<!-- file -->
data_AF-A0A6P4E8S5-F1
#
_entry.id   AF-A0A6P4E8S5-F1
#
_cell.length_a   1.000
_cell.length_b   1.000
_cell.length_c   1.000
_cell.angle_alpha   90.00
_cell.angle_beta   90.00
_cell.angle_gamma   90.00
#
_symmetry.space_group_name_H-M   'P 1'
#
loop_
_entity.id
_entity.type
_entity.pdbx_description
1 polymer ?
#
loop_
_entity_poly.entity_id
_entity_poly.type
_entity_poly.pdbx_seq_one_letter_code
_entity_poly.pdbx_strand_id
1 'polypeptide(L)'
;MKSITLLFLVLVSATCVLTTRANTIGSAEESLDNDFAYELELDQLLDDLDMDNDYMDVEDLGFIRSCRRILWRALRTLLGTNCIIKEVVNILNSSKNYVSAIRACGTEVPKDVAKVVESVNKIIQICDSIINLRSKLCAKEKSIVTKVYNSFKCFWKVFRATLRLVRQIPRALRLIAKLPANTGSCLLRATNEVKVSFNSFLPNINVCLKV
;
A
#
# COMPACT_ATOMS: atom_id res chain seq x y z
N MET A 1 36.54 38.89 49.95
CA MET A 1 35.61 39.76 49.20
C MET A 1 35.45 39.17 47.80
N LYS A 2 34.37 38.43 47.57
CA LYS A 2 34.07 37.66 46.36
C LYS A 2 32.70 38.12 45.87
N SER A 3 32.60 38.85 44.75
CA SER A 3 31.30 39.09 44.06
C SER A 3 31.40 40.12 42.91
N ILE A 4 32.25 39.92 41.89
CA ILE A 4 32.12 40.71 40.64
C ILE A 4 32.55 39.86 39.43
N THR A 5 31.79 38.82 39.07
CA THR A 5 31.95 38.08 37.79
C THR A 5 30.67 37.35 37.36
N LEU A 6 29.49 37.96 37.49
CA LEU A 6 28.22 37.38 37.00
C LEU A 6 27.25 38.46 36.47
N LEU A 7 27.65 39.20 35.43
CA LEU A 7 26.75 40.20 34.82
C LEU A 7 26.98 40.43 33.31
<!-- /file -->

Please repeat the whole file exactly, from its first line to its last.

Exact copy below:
data_AF-A0A6P4E8S5-F1
#
_entry.id   AF-A0A6P4E8S5-F1
#
_cell.length_a   1.000
_cell.length_b   1.000
_cell.length_c   1.000
_cell.angle_alpha   90.00
_cell.angle_beta   90.00
_cell.angle_gamma   90.00
#
_symmetry.space_group_name_H-M   'P 1'
#
loop_
_entity.id
_entity.type
_entity.pdbx_description
1 polymer ?
#
loop_
_entity_poly.entity_id
_entity_poly.type
_entity_poly.pdbx_seq_one_letter_code
_entity_poly.pdbx_strand_id
1 'polypeptide(L)'
;MKSITLLFLVLVSATCVLTTRANTIGSAEESLDNDFAYELELDQLLDDLDMDNDYMDVEDLGFIRSCRRILWRALRTLLGTNCIIKEVVNILNSSKNYVSAIRACGTEVPKDVAKVVESVNKIIQICDSIINLRSKLCAKEKSIVTKVYNSFKCFWKVFRATLRLVRQIPRALRLIAKLPANTGSCLLRATNEVKVSFNSFLPNINVCLKV
;
A
#
# COMPACT_ATOMS: atom_id res chain seq x y z
N MET A 1 36.54 38.89 49.95
CA MET A 1 35.61 39.76 49.20
C MET A 1 35.45 39.17 47.80
N LYS A 2 34.37 38.43 47.57
CA LYS A 2 34.07 37.66 46.36
C LYS A 2 32.70 38.12 45.87
N SER A 3 32.60 38.85 44.75
CA SER A 3 31.30 39.09 44.06
C SER A 3 31.40 40.12 42.91
N ILE A 4 32.25 39.92 41.89
CA ILE A 4 32.12 40.71 40.64
C ILE A 4 32.55 39.86 39.43
N THR A 5 31.79 38.82 39.07
CA THR A 5 31.95 38.08 37.79
C THR A 5 30.67 37.35 37.36
N LEU A 6 29.49 37.96 37.49
CA LEU A 6 28.22 37.38 37.00
C LEU A 6 27.25 38.46 36.47
N LEU A 7 27.65 39.20 35.43
CA LEU A 7 26.75 40.20 34.82
C LEU A 7 26.98 40.43 33.31